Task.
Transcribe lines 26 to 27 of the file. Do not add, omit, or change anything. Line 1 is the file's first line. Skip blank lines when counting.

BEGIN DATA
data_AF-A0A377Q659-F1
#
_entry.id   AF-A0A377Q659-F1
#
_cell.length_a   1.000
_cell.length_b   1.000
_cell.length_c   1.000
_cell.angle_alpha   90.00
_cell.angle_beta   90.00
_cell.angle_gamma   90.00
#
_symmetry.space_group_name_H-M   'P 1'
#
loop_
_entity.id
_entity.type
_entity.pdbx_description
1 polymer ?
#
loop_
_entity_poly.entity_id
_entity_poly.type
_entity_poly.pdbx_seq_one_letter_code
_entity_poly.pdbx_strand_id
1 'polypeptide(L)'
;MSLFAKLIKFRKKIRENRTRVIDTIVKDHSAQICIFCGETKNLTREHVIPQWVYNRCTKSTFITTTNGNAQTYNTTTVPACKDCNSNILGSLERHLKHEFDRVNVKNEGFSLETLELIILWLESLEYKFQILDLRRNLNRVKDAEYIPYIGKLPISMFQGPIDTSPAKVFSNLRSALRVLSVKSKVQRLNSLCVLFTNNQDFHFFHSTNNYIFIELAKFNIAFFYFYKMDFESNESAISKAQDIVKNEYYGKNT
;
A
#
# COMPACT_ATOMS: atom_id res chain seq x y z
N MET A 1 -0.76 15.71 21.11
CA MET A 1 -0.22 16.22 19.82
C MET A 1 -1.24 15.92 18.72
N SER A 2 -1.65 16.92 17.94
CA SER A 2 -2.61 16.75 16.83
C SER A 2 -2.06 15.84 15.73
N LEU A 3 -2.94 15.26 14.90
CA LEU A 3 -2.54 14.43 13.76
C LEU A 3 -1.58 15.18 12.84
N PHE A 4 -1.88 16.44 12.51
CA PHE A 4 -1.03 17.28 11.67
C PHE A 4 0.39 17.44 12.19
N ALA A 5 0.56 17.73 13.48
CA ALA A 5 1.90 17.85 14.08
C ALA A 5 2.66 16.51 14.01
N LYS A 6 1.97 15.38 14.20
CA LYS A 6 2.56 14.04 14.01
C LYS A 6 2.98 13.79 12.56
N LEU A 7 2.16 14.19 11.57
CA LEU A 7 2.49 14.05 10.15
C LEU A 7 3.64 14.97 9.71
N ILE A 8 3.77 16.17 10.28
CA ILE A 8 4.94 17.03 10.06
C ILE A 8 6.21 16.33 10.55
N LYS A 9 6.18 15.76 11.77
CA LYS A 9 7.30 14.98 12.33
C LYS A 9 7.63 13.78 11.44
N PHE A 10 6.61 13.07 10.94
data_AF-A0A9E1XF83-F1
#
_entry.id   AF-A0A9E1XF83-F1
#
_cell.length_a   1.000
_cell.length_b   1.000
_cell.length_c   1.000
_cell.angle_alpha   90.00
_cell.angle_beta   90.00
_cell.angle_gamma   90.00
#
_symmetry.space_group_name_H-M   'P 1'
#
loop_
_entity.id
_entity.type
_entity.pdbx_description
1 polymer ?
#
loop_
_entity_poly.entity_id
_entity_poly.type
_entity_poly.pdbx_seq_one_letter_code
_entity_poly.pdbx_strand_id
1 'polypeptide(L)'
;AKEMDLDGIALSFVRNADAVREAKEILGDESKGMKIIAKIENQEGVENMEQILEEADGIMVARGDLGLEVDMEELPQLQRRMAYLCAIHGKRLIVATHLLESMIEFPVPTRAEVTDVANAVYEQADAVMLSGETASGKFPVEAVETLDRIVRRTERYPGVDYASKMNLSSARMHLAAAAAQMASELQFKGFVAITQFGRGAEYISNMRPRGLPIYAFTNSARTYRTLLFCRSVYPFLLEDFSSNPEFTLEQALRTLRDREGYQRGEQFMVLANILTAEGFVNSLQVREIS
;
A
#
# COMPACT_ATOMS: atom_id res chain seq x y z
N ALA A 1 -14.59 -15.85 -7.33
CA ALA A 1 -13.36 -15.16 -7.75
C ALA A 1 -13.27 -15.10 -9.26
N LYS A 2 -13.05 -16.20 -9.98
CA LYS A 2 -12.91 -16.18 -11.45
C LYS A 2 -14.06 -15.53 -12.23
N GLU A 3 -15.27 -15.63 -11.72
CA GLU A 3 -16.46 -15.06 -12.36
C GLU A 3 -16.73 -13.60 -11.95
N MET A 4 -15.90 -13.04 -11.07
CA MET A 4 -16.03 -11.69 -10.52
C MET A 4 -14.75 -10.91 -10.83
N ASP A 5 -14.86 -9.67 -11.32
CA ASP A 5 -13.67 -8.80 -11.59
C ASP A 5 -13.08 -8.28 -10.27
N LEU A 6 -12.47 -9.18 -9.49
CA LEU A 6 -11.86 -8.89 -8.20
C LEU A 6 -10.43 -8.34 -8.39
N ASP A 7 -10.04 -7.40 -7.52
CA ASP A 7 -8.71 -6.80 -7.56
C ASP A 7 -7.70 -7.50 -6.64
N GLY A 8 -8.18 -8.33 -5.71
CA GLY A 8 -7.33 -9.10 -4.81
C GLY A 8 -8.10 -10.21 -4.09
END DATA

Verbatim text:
;MSLFAKLIKFRKKIRENRTRVIDTIVKDHSAQICIFCGETKNLTREHVIPQWVYNRCTKSTFITTTNGNAQTYNTTTVPACKDCNSNILGSLERHLKHEFDRVNVKNEGFSLETLELIILWLESLEYKFQILDLRRNLNRVKDAEYIPYIGKLPISMFQGPIDTSPAKVFSNLRSALRVLSVKSKVQRLNSLCVLFTNNQDFHFFHSTNNYIFIELAKFNIAFFYFYKMDFESNESAISKAQDIVKNEYYGKNT
;